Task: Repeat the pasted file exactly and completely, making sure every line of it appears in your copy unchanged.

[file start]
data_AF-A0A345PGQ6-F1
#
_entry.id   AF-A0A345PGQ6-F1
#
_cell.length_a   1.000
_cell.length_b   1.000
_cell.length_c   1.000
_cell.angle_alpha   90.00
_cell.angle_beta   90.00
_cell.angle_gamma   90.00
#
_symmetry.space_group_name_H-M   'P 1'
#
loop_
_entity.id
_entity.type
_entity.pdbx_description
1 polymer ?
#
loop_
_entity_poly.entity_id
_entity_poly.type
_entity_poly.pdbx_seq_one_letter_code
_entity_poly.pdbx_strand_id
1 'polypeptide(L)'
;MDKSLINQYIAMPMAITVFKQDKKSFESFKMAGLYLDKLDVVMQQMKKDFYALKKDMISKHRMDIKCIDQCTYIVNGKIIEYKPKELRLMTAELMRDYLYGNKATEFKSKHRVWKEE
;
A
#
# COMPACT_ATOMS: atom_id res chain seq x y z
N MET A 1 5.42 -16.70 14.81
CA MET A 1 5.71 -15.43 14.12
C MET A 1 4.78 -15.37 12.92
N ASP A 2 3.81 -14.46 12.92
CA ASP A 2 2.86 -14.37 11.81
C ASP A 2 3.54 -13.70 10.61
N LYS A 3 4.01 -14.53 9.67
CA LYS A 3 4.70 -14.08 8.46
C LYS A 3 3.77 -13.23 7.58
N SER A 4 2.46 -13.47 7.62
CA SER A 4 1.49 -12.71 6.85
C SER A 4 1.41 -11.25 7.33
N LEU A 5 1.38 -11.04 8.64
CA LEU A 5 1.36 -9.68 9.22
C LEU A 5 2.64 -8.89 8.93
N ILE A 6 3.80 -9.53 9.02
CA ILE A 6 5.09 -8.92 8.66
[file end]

data_AF-A0A345PGQ6-F1
#
_entry.id   AF-A0A345PGQ6-F1
#
_cell.length_a   1.000
_cell.length_b   1.000
_cell.length_c   1.000
_cell.angle_alpha   90.00
_cell.angle_beta   90.00
_cell.angle_gamma   90.00
#
_symmetry.space_group_name_H-M   'P 1'
#
loop_
_entity.id
_entity.type
_entity.pdbx_description
1 polymer ?
#
loop_
_entity_poly.entity_id
_entity_poly.type
_entity_poly.pdbx_seq_one_letter_code
_entity_poly.pdbx_strand_id
1 'polypeptide(L)'
;MDKSLINQYIAMPMAITVFKQDKKSFESFKMAGLYLDKLDVVMQQMKKDFYALKKDMISKHRMDIKCIDQCTYIVNGKIIEYKPKELRLMTAELMRDYLYGNKATEFKSKHRVWKEE
;
A
#
# COMPACT_ATOMS: atom_id res chain seq x y z
N MET A 1 5.42 -16.70 14.81
CA MET A 1 5.71 -15.43 14.12
C MET A 1 4.78 -15.37 12.92
N ASP A 2 3.81 -14.46 12.92
CA ASP A 2 2.86 -14.37 11.81
C ASP A 2 3.54 -13.70 10.61
N LYS A 3 4.01 -14.53 9.67
CA LYS A 3 4.70 -14.08 8.46
C LYS A 3 3.77 -13.23 7.58
N SER A 4 2.46 -13.47 7.62
CA SER A 4 1.49 -12.71 6.85
C SER A 4 1.41 -11.25 7.33
N LEU A 5 1.38 -11.04 8.64
CA LEU A 5 1.36 -9.68 9.22
C LEU A 5 2.64 -8.89 8.93
N ILE A 6 3.80 -9.53 9.02
CA ILE A 6 5.09 -8.92 8.66